Fifty Nifty Takeaways
What do we hope to learn from this series? We hope you will gain a better understanding of the unique characteristics of local government in each state, we hope you will learn that there are others like you who are motivated to make a difference through the public sector, and we hope you will learn that it is best to learn from other’s mistakes than yours. With that said, on to the main event, the first ever installment of the Fifty Nifty which has the same feel as Opening Day in baseball, Christmas Eve, the ol’ TGIF on ABC, and the Fiscal (New) Year.
P.S: Contribute to the Fifty Nifty project by sending those names in your lil’ black book to ELGL. Here’s who is on the list so far: Updated 7/8: Contribute to the Fifty Nifty Project
Our Take on Washington State
An ELGL goal this year is to build connections with government professionals in Washington state. One way we’ll do this is by making multiple stops in the Evergreen State on the Fifty Nifty tour. Today we hear from Doug Schulze, Bainbridge Island city manager, and we will return later in the tour to hear from the likes of Charlie Bush, Issaquah deputy city administration and Julie Underwood, Shoreline city manager.
When we think about Washington state, we immediately think of grunge rock, casinos, Microsoft, Mt. St. Helen’s and Macklemore & Ryan Lewis. When we actually take an educated look at Washington state, we find a number of surprising facts.
- Approximately 60 percent of Washington’s residents live in the Seattle metropolitan area. Spokane and Tacoma are the next two largest cities.
- Washington is a leading lumber producer.
- Sir Mix-a-Lot and Presidents of the United States are from Washington state.
- Although the proper vernacular should be “The State of Washington,” it is often reversed and referred to as “Washington State” to distinguish it from Washington, D.C., also named for George Washington.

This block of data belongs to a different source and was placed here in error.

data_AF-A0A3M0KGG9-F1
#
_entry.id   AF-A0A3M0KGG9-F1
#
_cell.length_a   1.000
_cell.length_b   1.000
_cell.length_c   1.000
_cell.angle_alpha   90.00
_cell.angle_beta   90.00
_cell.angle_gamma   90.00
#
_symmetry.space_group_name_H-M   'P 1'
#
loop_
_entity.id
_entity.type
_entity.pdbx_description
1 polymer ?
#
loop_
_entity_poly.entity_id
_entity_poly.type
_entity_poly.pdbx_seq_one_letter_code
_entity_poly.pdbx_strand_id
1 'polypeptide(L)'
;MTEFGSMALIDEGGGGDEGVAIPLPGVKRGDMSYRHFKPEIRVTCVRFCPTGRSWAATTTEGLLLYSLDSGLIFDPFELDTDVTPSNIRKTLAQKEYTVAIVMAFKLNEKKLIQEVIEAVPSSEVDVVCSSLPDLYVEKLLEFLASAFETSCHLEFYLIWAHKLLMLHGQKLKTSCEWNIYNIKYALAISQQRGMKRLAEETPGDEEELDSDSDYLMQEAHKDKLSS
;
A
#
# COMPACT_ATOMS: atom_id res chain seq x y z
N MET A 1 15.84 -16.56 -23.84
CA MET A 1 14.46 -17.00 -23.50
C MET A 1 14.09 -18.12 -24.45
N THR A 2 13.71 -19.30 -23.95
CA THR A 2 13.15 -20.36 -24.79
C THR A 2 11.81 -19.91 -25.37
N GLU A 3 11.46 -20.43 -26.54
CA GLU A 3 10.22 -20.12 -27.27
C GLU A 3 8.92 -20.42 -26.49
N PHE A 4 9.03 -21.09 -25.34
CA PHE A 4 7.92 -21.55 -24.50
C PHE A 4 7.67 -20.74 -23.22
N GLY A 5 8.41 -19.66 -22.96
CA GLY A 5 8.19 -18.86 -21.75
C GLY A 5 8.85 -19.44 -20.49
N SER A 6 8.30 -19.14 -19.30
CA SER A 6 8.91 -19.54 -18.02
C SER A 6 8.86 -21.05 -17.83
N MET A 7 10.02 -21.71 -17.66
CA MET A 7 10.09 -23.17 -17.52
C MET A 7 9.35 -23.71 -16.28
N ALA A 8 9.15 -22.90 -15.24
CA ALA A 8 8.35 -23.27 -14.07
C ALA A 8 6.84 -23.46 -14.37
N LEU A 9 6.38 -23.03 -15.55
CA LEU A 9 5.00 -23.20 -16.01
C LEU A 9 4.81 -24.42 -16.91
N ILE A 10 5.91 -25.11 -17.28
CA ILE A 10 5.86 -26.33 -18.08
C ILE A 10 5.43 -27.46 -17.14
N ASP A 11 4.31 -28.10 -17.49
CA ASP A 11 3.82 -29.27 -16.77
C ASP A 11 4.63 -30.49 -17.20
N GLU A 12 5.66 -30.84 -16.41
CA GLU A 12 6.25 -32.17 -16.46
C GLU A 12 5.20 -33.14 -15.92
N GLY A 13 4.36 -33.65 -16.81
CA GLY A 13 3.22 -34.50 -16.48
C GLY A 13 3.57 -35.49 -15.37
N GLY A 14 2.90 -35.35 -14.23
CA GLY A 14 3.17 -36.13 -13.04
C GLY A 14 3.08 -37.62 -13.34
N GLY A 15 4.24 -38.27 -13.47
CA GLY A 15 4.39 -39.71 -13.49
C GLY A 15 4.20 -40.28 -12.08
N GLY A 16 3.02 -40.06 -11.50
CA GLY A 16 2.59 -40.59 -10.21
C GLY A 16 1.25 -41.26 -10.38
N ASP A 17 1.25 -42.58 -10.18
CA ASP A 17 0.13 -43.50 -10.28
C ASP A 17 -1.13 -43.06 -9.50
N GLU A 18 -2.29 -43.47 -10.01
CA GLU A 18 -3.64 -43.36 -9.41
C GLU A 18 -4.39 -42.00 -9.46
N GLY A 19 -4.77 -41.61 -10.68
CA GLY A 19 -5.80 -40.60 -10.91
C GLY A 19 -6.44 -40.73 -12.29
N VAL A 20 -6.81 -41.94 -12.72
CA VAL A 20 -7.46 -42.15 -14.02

- Washington has over 1,000 dams, including the Grand Coulee Dam
- Residents are still angry the Sonics left.
- Washington ranks second in the United States in the production of wine, behind only California.
Name: Doug Schulze
Position: City Manager, City of Bainbridge Island
Prior Experience: City Manager, City of Normandy Park; City Manager, City of Medina; City Administrator, City of Sandstone; Assistant City Administrator, City of Savage
Published Works: Too Little Time to Wear All Those Hats?
Education: Minnesota State University, Mankato, B.S., Public Administration and Minnesota State University, Mankato, M.A., Urban & Regional Studies
Doug Schulze was named city manager of Bainbridge Island in September 2012 and has more than 25 years of experience in local government management. Before Bainbridge Island, Schulze spent six years as manager of Normandy Park, a city of 6,700 sandwiched between SeaTac and Puget Sound. Schulze also spent 10 years as manager of Medina, a small, affluent city north of Bellevue, home to Bill Gates. Schulze was instrumental in earning accreditation for the Medina’s police force.
Schulze’s first city administrator position was in Sandstone, Minn., population 2,200, from 1992 until 1996. He worked as an assistant administrator in Savage, Minn., while earning a master’s degree in urban studies from Minnesota State University.
Cliff Notes on Bainbridge Island
Bainbridge Island is a city in Kitsap County with population of 23,025 at the 2010 census. In July 2005, CNN/Money and Money magazine named Bainbridge Island the second-best place to live in the United States.
A 2008 survey of community values revealed that island residents are committed to preserving the sense of community and green spaces – agricultural land, forests, parks and trails. We cherish the natural beauty of our island home, the stately firs and cedars, scenic bays dotted with small boats and views of the snow-capped Olympic Mountains to the west and majestic Mount Rainier to the east.
Famous Residents: Jay Inslee – Governor of Washington, Jon Brower Minnoch – heaviest man recorded in history, Meg Greenfield – editor, The Washington Post editorial page, and Chad Channing – musician, former drummer with Nirvana
In Michael Crichton’s Disclosure, Bainbridge Island is the home of protagonist Tom Sanders. In That Thing You Do!, Guy Patterson and Faye Patterson (nee Dolan) move to Bainbridge Island after the end of the main story and raise their four children, as well as start a music conservatory
Best piece of advice from your parents.
Honesty, hard work and persistence are keys to success.
In a dream world, which bands would headline your retirement party.